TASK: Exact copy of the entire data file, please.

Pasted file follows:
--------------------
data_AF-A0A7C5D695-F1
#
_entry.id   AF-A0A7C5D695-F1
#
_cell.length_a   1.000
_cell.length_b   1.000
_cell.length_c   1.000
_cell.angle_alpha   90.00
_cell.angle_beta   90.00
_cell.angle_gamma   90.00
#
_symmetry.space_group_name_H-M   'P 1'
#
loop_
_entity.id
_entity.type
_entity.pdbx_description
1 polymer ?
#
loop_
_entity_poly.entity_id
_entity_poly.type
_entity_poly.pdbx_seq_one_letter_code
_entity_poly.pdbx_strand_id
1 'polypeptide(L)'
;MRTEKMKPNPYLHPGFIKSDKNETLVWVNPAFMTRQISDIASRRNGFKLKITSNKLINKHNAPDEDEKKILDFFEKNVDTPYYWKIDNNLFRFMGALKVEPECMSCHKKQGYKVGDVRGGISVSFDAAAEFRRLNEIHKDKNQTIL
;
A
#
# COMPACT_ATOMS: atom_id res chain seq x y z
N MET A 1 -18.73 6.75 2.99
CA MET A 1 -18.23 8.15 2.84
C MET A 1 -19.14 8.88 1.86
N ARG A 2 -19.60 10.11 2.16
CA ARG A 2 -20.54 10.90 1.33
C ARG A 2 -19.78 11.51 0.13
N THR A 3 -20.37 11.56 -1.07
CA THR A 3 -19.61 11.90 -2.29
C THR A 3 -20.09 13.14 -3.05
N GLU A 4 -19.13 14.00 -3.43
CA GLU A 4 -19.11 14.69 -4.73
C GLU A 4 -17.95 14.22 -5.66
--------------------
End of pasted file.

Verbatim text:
data_AF-A0A7C5D695-F1
#
_entry.id   AF-A0A7C5D695-F1
#
_cell.length_a   1.000
_cell.length_b   1.000
_cell.length_c   1.000
_cell.angle_alpha   90.00
_cell.angle_beta   90.00
_cell.angle_gamma   90.00
#
_symmetry.space_group_name_H-M   'P 1'
#
loop_
_entity.id
_entity.type
_entity.pdbx_description
1 polymer ?
#
loop_
_entity_poly.entity_id
_entity_poly.type
_entity_poly.pdbx_seq_one_letter_code
_entity_poly.pdbx_strand_id
1 'polypeptide(L)'
;MRTEKMKPNPYLHPGFIKSDKNETLVWVNPAFMTRQISDIASRRNGFKLKITSNKLINKHNAPDEDEKKILDFFEKNVDTPYYWKIDNNLFRFMGALKVEPECMSCHKKQGYKVGDVRGGISVSFDAAAEFRRLNEIHKDKNQTIL
;
A
#
# COMPACT_ATOMS: atom_id res chain seq x y z
N MET A 1 -18.73 6.75 2.99
CA MET A 1 -18.23 8.15 2.84
C MET A 1 -19.14 8.88 1.86
N ARG A 2 -19.60 10.11 2.16
CA ARG A 2 -20.54 10.90 1.33
C ARG A 2 -19.78 11.51 0.13
N THR A 3 -20.37 11.56 -1.07
CA THR A 3 -19.61 11.90 -2.29
C THR A 3 -20.09 13.14 -3.05
N GLU A 4 -19.13 14.00 -3.43
CA GLU A 4 -19.11 14.69 -4.73
C GLU A 4 -17.95 14.22 -5.66